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June 7, 2012
Holding Thoughts Captive

Though man has progressed much since the tenth century, holding every thought captive (2 Cor. 10:5) remains a struggle.

The Flightiness of Thought

Shame to my thoughts, how they stray from me.

I fear great danger from it on the day of eternal doom.

During the psalms they wander on a path that is not right.

They fash, they fret, they misbehave before the eyes of the great God.

Through eager crowds, through companies of wanton women,

Through woods, through cities–swifter they are than the wind.

Now through paths of loveliness, anon of riotous shame,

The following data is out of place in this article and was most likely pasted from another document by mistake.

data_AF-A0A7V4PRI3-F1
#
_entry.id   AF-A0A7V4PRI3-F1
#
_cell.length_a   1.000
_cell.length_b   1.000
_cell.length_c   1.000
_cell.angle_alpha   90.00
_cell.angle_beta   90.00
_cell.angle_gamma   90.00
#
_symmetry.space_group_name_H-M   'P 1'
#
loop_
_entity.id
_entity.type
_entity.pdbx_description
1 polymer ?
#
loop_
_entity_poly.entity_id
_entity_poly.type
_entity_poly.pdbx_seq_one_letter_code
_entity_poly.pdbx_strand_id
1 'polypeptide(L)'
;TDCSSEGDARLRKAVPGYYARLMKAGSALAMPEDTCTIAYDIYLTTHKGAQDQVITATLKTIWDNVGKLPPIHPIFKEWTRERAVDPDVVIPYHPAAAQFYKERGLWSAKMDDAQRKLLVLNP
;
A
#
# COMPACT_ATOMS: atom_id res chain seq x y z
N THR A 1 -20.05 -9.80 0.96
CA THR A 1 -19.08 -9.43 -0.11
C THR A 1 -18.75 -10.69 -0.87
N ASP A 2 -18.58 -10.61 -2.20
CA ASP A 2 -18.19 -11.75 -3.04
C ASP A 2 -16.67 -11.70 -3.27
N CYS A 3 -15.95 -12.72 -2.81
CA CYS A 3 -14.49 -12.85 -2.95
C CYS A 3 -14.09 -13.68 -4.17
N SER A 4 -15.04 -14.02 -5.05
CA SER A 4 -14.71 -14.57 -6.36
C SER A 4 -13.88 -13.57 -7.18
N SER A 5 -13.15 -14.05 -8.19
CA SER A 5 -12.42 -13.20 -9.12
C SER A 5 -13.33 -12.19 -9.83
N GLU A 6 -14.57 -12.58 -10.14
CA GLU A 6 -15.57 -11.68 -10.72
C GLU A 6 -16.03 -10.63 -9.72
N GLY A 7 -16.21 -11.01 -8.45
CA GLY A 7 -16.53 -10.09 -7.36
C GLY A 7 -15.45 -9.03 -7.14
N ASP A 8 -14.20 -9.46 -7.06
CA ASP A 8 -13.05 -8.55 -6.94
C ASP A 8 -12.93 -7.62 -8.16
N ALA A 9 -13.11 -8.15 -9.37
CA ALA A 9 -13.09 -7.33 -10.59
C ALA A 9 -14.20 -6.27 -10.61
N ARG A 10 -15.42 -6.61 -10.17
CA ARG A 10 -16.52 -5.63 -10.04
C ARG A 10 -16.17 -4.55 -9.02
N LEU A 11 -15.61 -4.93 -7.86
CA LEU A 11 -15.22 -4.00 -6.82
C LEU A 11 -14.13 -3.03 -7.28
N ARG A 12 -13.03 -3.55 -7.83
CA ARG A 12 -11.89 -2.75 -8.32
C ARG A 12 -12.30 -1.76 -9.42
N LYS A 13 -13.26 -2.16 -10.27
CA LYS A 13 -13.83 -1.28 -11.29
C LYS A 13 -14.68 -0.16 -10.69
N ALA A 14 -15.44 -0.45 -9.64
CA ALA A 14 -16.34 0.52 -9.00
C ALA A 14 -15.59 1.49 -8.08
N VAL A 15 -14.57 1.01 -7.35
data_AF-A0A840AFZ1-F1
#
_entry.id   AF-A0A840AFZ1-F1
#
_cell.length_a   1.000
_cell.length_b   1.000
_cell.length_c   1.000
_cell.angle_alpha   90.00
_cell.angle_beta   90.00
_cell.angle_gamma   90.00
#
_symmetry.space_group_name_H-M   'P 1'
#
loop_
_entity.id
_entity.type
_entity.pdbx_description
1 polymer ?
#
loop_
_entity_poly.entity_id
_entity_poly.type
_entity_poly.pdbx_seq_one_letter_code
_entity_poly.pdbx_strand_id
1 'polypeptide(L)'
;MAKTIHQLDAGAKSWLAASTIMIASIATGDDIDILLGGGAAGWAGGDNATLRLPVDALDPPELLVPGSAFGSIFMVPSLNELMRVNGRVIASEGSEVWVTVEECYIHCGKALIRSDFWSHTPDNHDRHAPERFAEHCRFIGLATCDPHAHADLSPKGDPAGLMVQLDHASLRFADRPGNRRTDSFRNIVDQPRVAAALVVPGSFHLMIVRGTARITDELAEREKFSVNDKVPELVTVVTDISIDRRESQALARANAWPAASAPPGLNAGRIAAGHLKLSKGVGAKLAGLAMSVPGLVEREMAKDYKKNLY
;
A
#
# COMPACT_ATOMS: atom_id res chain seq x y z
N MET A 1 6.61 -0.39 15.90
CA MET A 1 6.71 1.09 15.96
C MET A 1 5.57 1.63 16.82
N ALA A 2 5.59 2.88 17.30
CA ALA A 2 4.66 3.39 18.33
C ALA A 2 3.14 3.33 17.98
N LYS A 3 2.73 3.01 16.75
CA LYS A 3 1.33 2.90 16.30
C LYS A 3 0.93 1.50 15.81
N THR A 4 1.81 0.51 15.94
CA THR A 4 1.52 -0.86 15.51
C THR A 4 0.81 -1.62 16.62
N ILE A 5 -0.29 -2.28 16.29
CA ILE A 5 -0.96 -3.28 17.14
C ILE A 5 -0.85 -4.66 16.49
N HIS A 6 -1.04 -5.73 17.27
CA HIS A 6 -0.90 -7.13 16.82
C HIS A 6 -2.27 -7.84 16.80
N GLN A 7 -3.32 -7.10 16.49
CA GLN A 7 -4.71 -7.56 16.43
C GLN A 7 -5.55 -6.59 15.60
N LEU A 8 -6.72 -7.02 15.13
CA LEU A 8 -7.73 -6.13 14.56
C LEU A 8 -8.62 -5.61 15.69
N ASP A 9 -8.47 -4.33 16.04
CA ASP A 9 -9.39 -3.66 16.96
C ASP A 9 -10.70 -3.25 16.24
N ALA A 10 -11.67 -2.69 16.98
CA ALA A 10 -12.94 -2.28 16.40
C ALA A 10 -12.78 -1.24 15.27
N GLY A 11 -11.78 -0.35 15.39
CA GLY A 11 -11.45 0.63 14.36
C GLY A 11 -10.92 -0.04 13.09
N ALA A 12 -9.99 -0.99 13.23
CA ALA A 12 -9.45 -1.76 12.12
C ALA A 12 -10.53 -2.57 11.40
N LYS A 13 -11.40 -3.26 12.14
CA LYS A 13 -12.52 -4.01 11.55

Without ferry or ever missing a step, they go across every sea;

Swiftly they leap in one bound from earth to heaven.

They run a race with folly anear and afar:

After a course of giddiness they return to their home.

Though one should try to bind them or put shackles on their feet,

They are neither constant nor mindful to take a spell of rest.

Neither sword-edge nor crack of whip will keep them down strongly:

As slippery as an eel’s tail they glide out of my grasp.

The Flightiness of ThoughtBy an anonymous tenth century Irish poet

2 Comments leave one →
  1. June 8, 2012 1:21 pm

    Reblogged this on a simple man of God and commented:
    This is just a great poem that is only about 1000 years old. I thank Bob Blincoe from Frontiers for making this available to us!

  2. June 8, 2012 1:23 pm

    I always enjoy what you have to say. You probably already know I reblogged this poem, but I thought I would drop a note, as well.
    Thanks for everything!
    Daniel

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